So there we are, I am despondent at times, frustrated, safe in the knowledge that with a bit more money and a bit more time I could make more of an impact. I don’t have that, so am I failure? I’m not sure. What I do realise is that I love writing, love creating stories. So surely, as my friend put it, I should just keep going, safe in the knowledge that it is all a hobby and that, even if no-one buys my books, I can still say I’m an author.


Should we re-edit published novels?


I have started re-editing ‘World Cup Dreams: Extra Time Edition,’ but is that right?

I have released a few novels, solely editing them due to not having funds to pay for an editor. This is largely due to me being a hobbyist writer and having another full-time job as well as a young family. Despite looking at my novels repeatedly before release and getting the odd beta reader to take a look, I still find silly errors in my work after they are published. I think to myself, ‘how did I miss that? It’s not like I rushed the book out.’ In fact, I feel quite embarrassed when I see them. So surely I should get a proofreading editor at least, well they are a couple of hundred pounds a pop and I won’t see that kind of return on my books so I will lose money. So I thought to myself, ‘why don’t I go back and edit them again?’ Is that fair though? Releasing something then changing it, making people pay twice for the same work, just one piece being shinier and generally better written? But as Leonardo Di Vinci said, “art is never finished, just abandoned.” I don’t want to think of my work as abandoned, I want it to be the best it can be. Even if no one reads my novels, I will still know there are mistakes. Then there is the issue that re-editing takes time out of stuff I am working on now, not to mention that when they were released that was a snapshot of the writer I was then. They sort of show how I have improved or developed.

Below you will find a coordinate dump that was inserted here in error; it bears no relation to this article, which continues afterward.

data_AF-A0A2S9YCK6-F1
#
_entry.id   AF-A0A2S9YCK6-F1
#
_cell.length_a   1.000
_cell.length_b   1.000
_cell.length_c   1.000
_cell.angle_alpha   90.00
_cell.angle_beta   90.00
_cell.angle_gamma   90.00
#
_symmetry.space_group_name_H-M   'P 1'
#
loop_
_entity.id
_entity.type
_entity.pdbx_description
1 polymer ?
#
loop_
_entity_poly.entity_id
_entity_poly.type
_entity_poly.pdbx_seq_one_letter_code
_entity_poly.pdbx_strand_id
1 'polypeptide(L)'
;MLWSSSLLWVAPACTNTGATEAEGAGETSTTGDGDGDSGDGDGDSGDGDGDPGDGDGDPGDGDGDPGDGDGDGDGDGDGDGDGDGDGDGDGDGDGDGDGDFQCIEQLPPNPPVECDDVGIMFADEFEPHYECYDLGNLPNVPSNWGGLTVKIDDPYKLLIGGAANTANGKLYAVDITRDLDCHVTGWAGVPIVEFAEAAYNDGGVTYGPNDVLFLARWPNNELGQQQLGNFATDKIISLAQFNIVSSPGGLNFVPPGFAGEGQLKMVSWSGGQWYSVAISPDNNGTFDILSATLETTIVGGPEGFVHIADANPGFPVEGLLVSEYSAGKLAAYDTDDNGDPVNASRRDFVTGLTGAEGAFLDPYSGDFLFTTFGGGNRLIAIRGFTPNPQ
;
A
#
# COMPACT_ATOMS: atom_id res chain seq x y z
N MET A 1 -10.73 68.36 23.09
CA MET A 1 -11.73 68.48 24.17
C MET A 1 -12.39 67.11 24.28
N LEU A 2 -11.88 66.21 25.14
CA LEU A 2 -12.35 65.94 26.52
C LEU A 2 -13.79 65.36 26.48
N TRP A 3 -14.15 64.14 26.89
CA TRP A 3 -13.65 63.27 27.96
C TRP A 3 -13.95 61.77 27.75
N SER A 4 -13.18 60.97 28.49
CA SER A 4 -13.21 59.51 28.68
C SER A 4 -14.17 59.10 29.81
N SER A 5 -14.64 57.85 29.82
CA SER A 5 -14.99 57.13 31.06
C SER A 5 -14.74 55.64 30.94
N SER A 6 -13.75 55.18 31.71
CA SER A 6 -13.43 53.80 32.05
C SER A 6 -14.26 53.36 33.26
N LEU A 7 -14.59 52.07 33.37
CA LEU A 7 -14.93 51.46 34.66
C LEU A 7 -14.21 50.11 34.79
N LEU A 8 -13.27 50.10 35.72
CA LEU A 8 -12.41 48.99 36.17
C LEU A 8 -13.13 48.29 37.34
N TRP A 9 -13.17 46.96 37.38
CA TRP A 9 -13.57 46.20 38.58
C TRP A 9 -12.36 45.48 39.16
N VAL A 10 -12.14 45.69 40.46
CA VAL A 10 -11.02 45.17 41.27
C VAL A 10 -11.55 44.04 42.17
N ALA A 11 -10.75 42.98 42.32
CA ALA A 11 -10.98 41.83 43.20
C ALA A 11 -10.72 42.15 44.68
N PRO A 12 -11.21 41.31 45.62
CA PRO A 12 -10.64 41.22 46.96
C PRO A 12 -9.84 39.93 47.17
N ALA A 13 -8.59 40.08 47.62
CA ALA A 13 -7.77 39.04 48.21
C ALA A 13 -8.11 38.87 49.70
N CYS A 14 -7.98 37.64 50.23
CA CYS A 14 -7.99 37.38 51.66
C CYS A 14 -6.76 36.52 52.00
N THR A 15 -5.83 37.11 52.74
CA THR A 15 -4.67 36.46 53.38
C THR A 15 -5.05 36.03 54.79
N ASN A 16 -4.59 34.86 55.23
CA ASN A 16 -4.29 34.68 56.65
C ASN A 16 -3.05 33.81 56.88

But then we can look at other medium, especially movies, where you get multiple versions of the same items. Have you seen a movie even if you have not watched the directors cut? Have you truly experienced a film if you have not seen it in the cinema in 3D? Who knows? I certainly don’t want to think of my books being media that you have to consume in multiple forms to really say you have read them. If we think about books like ‘War and Peace,’ have you really read them if you have not read the unabridged versions? I suppose what I am say is, is it about the story or the version you read? Should we, as artists, release something then say that’s it, not tinker with and let the public decide, or should we be constant revising until we are happy? Will we ever be happy?

From my point of view, I am not an author by trade but by hobby, I have not sold lots of copies, I am not making major edits, just adding punctuation and correcting the odd word. It’s not a hard job for me to know that re-editing is the right thing to do, but is it morally right? Would I be doing the same thing if I were top of the bestseller list? Maybe I should just stop worrying about it, maybe I should bite the bullet and pay for an editor. If my hobby was something like coin collecting I would easily spend a couple of hundred pounds in a year wouldn’t I? I suppose one good thing is that if I make the big time and you have an original edit of one of my novels you could make a bit of money on it on ebay!

So, I have noticed that a lot of blog posts end with questions. Maybe to get readers to comment, maybe to feel like they are connecting with others. Anyway, here are mine for today…

  • Do you think authors should keep going back and editing novels, making them closer to what they want?
  • Have you ever gone back and edited a novel after it was published?
  • Have you ever got annoyed when you have read a book then a new edition comes out with more stuff in it?

Right that’s it for this little blog post except to say that if anyone would like to help me edit my novels then I would be grateful. I am going back to ‘World Cup Dreams: Extra Time Edition‘ and ‘A Close Shave with Destiny.‘ If you want to have a quick read and tell me any errors you notice that would be amazing. All I can offer is a free copy of the book(s), a mention in the thanks section of the new versions and possible a blog post or tweet about your work. Thanks for reading.